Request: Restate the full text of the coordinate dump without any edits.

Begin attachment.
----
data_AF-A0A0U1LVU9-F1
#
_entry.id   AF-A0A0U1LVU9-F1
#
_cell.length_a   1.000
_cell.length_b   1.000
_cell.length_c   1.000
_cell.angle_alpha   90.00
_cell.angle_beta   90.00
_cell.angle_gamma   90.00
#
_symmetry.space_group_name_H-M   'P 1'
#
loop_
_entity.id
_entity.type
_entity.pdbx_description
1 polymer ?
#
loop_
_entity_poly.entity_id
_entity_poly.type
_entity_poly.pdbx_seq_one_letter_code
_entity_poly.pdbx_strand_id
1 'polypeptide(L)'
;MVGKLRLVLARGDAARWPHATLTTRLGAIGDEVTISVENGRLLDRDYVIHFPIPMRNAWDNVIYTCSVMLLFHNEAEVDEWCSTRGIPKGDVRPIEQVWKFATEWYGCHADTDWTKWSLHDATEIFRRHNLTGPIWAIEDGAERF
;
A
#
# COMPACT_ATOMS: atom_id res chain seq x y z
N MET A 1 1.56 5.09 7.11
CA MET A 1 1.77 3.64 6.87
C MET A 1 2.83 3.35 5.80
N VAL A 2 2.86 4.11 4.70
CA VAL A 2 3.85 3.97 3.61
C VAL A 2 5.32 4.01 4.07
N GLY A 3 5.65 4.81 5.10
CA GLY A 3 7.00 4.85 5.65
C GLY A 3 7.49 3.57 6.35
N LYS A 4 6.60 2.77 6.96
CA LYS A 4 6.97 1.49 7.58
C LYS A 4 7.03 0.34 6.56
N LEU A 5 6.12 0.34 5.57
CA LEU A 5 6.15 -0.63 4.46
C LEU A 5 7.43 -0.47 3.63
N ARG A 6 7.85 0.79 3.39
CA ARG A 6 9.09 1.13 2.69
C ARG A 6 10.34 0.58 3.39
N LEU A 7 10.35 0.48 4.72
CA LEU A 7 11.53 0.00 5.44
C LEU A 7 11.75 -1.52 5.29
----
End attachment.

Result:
data_AF-A0A0U1LVU9-F1
#
_entry.id   AF-A0A0U1LVU9-F1
#
_cell.length_a   1.000
_cell.length_b   1.000
_cell.length_c   1.000
_cell.angle_alpha   90.00
_cell.angle_beta   90.00
_cell.angle_gamma   90.00
#
_symmetry.space_group_name_H-M   'P 1'
#
loop_
_entity.id
_entity.type
_entity.pdbx_description
1 polymer ?
#
loop_
_entity_poly.entity_id
_entity_poly.type
_entity_poly.pdbx_seq_one_letter_code
_entity_poly.pdbx_strand_id
1 'polypeptide(L)'
;MVGKLRLVLARGDAARWPHATLTTRLGAIGDEVTISVENGRLLDRDYVIHFPIPMRNAWDNVIYTCSVMLLFHNEAEVDEWCSTRGIPKGDVRPIEQVWKFATEWYGCHADTDWTKWSLHDATEIFRRHNLTGPIWAIEDGAERF
;
A
#
# COMPACT_ATOMS: atom_id res chain seq x y z
N MET A 1 1.56 5.09 7.11
CA MET A 1 1.77 3.64 6.87
C MET A 1 2.83 3.35 5.80
N VAL A 2 2.86 4.11 4.70
CA VAL A 2 3.85 3.97 3.61
C VAL A 2 5.32 4.01 4.07
N GLY A 3 5.65 4.81 5.10
CA GLY A 3 7.00 4.85 5.65
C GLY A 3 7.49 3.57 6.35
N LYS A 4 6.60 2.77 6.96
CA LYS A 4 6.97 1.49 7.58
C LYS A 4 7.03 0.34 6.56
N LEU A 5 6.12 0.34 5.57
CA LEU A 5 6.15 -0.63 4.46
C LEU A 5 7.43 -0.47 3.63
N ARG A 6 7.85 0.79 3.39
CA ARG A 6 9.09 1.13 2.69
C ARG A 6 10.34 0.58 3.39
N LEU A 7 10.35 0.48 4.72
CA LEU A 7 11.53 0.00 5.44
C LEU A 7 11.75 -1.52 5.29